Five years of CaboPress

CaboPress Business Conference In Mexico

I’m currently in Cabo San Lucas running the conference that I dreamed of six years ago and began running five years ago. I’ve written previously about how I designed this conference to be unique.

Tonight, after the first full day of sessions, I’m delighted by what I’ve seen and experienced. And as I reflect, the success of this conference / retreat over the years has come from decisions that are worth calling out.

Smaller is better than bigger

When everyone is evaluating what it means to be “successful,” we often talk about size: revenue, customers, staff, etc. But the laws of impact can sometimes be inversely proportional to big numbers.

A single connection, a single conversation, a single action taken, can have an incredible impact. But it needs space to breathe, space to germinate.

CaboPress has always been smaller than most conference. But the last two years it had grown to 50-60 attendees. This year it is 30.

And smaller is better. It ensures that people are both seen and heard. And already I’m seeing the results of these connections.

Different people connect differently

Big discussions are great for some people. But others may be intimidated in a group of 10-15 people. Small groups of 4-5 that meet daily helps even the most introverted people build enough trust to share and ask deeper questions.

While half the days are structured, the other half is wide open and that’s where is see the most conversations happen. They may start with family life or movies that make you cry, but end in talks about what Code Brown means at Amazon.

What matters most is that people are making connections and developing trust. And trust is the factor that drives relationships deeper and opens the doors for partnerships, client relationships, joint ventures, job offers and more.

Curation matters most

Over the last four years we’ve had 150 people attend. Yet every time we hold the conference, I keep the alumni down to less than 50%.

This year that meant I had 15 spots for people that had been here before. That meant not having 135 alumni attend.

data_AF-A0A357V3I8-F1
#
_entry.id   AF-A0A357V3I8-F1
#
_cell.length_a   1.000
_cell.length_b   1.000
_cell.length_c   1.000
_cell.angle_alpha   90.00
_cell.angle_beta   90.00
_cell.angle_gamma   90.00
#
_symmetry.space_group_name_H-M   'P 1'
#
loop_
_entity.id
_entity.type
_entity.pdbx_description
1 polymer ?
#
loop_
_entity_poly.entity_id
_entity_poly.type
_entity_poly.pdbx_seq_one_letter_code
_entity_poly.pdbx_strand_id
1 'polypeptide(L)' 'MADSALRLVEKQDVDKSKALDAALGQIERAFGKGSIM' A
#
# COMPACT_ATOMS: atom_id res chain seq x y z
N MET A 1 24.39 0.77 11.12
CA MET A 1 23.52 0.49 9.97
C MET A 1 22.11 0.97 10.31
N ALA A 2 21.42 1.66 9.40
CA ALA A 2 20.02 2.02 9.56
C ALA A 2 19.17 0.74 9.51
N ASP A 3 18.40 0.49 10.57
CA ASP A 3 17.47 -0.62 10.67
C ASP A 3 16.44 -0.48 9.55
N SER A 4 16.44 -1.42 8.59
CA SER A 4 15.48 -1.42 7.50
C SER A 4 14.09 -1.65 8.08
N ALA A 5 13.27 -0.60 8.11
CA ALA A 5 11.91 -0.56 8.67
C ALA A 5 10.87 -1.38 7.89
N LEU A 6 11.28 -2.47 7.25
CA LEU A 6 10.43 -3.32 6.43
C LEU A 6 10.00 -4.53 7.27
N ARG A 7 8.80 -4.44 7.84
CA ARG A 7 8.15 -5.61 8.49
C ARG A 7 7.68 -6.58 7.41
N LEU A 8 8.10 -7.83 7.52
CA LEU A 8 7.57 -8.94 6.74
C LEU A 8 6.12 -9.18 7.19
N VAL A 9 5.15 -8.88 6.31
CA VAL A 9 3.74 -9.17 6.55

Every year it gets harder. But it’s what keeps the conference powerful and useful. New attendees don’t feel like they’re intruding.

I tell every new class of CaboPress attendees (including Year Five) that each one belongs here – that each one has been selected, and that this is a highly curated group of folks.

It’s not only true but it helps everyone act with purpose. They don’t know what they’re supposed to get from the event but they know they need to look for it.

This isn’t just a vacation in Cabo. People can do that on their own without me. The folks that come are fully present and engaged – and that always makes the conference a success.

The discussions are equally curated

It’s my conference. So it’s no surprise that I pick the topics and the hosts who facilitate the discussions.

But I don’t pick what’s popular. In fact, attendees don’t even know the session topics when they sign up. They have to trust that I know what I’m doing.

And I don’t pick topics based on their requests. They don’t have a way to make those requests.

No, instead, I invite them to attend sessions based on what I believe they need, even if they’ve never thought they’ve needed it.

And the results after today’s sessions were the same as every other year – people weren’t ready for all that they received and were delighted.

CaboPress is about business

This year I invited some people who don’t identify as being deep in the WordPress ecosystem. And it’s worked as I hoped it would.

The conference never was technical in nature or focused on WordPress as a technology. It had been focused on that market because it allowed me to shape the discussions in ways I knew well.

But business is business. Pricing, marketing, content, customer service, getting advice, team leadership – none of these things are specific to WordPress.

Digital agencies and SaaS companies all face similar challenges as some of our largest WordPress companies.

I’m glad for this as the next five years may see even more transition into embracing companies outside of WordPress, even if I don’t change the name.

I’m trying to ruin conferences for people

Lastly, and I say this with love for a lot of others events, I’m still trying to create an event that ruins attendees for all the other conferences held in ballrooms and convention centers.

Three hours of content each day. Two sessions max each day. Unlimited food and drink each day. Deep conversations and time to reflect each day.

There’s no other way I’d want to do this.